Every move. All of them.
As he studies his film and breaks down his offseason workouts literally to every discernible movement on video, Eric Berry is then reconstructing and refining each body function in order to be an even better Eric Berry than the 2016 All-Pro, AFC Pro Bowler and more recently the guy who inked the largest-ever deal for an NFL safety but continued to work like an undrafted free agent.
Gap-time. Breaking on the ball. Eye movement. Berry fastidiously studies it all, and then in some cases the former Tennessee Vols’ All-American, Thorpe Award winner and 2015 NFL Comeback Player of the Year after beating back cancer spends a week or more on something essentially invisible to the naked eye.
“Really, I just broke it down to what is the most essential part of my position, and I just build off of that,” Berry said in an exclusive interview as he returned to Knoxville to again host his annual free camp for youth. “The things that I learn from game experience and just being in different situations, I focus solely on that.
“But at the very minimum, the base, is always being in shape mentally and physically. That’s what I build myself on. And as far as whatever I have to do on the field, as far as going in directions and moving and things like that, that’s what I focus on.”
Initially this offseason, the focus in the Berry camp — he’s repped by Knoxville-based A3 Athletics, which just saw another of its high-profile clients, cornerback Kevin King, selected with the first pick of the second round in last week’s NFL Draft — and from the Chiefs was to get a long-term deal in place. That happened near the end of February, but Berry simply has focused on his perpetual quest to improve.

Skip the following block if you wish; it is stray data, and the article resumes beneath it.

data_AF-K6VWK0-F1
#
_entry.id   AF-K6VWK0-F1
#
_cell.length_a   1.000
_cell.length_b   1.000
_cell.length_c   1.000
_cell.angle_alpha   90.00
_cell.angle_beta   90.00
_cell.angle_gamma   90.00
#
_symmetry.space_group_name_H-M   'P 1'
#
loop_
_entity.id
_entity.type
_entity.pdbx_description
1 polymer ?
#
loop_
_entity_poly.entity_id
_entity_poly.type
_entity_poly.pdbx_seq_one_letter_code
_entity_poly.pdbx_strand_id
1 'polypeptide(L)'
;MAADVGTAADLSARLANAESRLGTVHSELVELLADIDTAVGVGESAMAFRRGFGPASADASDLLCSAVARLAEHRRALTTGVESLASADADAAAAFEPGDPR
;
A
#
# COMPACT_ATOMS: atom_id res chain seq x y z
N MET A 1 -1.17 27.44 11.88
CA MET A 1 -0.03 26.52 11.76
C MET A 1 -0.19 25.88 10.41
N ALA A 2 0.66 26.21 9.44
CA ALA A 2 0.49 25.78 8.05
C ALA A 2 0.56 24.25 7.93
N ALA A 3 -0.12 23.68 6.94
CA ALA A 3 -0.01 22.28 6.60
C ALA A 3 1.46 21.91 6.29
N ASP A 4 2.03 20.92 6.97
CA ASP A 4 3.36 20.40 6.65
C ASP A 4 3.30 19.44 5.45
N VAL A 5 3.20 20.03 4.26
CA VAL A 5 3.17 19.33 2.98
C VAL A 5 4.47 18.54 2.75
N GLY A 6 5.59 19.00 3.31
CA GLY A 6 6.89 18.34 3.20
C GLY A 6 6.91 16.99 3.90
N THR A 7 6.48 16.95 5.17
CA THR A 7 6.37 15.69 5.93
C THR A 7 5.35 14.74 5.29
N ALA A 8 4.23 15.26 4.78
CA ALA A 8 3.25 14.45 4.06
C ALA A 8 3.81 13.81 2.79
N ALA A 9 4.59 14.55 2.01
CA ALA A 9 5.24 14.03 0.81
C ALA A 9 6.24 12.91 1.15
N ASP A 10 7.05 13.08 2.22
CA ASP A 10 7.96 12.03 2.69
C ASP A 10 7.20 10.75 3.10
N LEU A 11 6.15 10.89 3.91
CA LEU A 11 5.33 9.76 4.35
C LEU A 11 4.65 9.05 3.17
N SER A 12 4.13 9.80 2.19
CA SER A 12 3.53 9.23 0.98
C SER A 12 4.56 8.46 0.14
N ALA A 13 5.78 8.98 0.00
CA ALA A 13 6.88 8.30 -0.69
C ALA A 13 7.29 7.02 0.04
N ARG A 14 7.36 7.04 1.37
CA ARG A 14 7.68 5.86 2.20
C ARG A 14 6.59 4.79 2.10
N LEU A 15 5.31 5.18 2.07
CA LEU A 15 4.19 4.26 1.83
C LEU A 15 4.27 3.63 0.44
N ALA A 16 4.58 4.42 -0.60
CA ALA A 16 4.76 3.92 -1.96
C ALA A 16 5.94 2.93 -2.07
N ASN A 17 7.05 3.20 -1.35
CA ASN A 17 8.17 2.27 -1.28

“That’s pretty exciting, just being able to be a part of the organization [perhaps for his entire career with that six-year, $78 million deal],” said Berry, a three-time All-Pro and tied alongside Jamal Lewis as the Vols’ top draft pick (fifth overall) since Peyton Manning went No. 1 in 1998. “But at the end of the day, I take it one year at a time and just try to keep everything in perspective.
“That’s what I’m big on. Not getting too hype, not getting too low. I still want to do some great things in this sport and do some great things for my team, and I just remain focused on that.”
So much so, in fact, that it’s Berry’s consistent message to his younger brothers, Evan and Elliott, as they prepare for their final seasons as Vols.
“Same thing: remain focused and continue to be humble and just take it a day at a time, that’s the biggest thing,” Berry explained. “Look for the opportunities, because they always show up, and once they show up, just be ready for them and take advantage of them.”
Beyond that, Berry will continue working to make his 2017 season somehow better than his career-defining (to this point, anyway) ‘16 campaign that was punctuated by Berry’s returning home to torment the Atlanta Falcons with one of the singular defensive performances in the NFL this decade.
Yes, Berry acknowledges that the Chiefs will open the NFL season at the Super Bowl Champion New England Patriots Sept. 7 in the league’s first game of the season, but he places his team objectives above any “spotlight” opportunity for a Kansas City seeking atonement for its stunning AFC playoffs loss in January at home against the Steelers.
“Honestly, I take every opportunity the same. I’m just happy to be on the field, man, and just being able to actually know that I will be in camp with my teammates this year and have that team camaraderie and just that chemistry and stuff like that and being able to go showcase our skills, that’s definitely what we want to do,” said Berry, out last training camp after the Chiefs slapped a franchise tag on their on-field star and community icon. “But it’s not about showcasing our skills for everyone else; it’s about us proving how good we are to ourselves.